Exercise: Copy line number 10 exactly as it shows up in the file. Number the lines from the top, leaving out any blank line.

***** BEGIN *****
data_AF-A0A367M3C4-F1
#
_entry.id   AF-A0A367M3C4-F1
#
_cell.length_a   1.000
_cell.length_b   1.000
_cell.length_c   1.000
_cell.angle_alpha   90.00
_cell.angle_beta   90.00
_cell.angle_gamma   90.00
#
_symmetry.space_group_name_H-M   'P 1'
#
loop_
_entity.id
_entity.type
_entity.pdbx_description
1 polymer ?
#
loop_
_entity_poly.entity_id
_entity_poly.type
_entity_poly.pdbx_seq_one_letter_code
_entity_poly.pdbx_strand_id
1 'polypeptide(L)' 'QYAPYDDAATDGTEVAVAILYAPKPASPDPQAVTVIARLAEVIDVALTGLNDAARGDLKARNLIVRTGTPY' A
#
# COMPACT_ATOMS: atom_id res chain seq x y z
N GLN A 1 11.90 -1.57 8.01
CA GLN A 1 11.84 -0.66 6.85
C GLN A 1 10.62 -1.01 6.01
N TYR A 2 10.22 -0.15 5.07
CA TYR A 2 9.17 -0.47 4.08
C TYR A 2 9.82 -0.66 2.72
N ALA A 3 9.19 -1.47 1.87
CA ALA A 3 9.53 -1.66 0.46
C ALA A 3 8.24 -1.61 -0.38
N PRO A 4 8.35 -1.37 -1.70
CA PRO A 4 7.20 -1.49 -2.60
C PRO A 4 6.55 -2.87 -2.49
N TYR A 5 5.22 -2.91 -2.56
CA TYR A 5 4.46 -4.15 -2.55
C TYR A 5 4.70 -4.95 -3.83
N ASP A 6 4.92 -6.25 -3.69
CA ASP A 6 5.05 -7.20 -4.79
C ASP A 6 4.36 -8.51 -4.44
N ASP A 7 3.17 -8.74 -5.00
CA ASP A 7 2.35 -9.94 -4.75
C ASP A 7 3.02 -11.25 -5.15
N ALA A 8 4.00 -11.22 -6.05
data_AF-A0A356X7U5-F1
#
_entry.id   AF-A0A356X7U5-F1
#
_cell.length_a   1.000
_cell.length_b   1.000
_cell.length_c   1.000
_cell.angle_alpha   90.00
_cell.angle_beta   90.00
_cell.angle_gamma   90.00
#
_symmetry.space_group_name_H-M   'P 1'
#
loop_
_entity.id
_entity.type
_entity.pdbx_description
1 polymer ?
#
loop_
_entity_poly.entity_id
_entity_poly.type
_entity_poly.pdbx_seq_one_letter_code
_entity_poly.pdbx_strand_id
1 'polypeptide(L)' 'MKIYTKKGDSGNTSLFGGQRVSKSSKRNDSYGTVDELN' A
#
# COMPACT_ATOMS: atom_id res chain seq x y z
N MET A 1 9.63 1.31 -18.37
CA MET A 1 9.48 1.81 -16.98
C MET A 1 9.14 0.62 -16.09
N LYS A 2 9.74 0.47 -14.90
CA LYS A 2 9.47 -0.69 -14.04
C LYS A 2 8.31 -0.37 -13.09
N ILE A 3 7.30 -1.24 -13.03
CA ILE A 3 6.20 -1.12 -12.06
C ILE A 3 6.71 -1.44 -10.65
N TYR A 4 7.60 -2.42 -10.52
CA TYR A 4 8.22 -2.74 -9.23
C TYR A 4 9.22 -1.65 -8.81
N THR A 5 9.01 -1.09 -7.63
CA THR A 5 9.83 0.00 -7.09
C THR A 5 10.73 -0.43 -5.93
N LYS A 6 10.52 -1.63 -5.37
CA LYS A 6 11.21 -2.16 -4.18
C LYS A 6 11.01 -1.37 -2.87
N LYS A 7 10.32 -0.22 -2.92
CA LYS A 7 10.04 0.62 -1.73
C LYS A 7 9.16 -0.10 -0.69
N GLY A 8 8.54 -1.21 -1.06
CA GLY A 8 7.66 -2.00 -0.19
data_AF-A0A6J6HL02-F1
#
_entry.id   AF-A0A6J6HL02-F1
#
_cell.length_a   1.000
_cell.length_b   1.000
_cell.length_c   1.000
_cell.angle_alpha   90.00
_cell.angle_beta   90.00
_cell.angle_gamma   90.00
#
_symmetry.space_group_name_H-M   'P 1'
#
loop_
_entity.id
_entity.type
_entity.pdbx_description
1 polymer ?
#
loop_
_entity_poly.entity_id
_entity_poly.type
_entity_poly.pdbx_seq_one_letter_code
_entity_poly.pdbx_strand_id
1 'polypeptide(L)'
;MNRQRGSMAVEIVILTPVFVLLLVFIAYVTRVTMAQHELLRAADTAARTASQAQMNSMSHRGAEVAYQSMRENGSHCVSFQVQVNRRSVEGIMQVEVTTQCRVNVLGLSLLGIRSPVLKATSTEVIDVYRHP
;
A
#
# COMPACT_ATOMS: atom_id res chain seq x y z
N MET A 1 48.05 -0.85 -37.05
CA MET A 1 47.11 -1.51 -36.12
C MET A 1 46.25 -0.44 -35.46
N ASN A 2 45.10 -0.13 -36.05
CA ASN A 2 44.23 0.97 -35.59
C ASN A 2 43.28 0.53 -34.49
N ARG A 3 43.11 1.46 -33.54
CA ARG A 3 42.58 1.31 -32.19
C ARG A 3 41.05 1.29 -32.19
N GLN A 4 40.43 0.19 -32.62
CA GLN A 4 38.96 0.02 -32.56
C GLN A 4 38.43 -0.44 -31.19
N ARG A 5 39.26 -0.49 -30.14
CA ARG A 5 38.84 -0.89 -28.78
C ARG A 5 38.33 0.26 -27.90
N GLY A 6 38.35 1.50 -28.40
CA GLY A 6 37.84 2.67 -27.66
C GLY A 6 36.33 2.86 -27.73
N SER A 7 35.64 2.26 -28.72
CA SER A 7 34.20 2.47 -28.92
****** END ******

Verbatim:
_cell.angle_gamma   90.00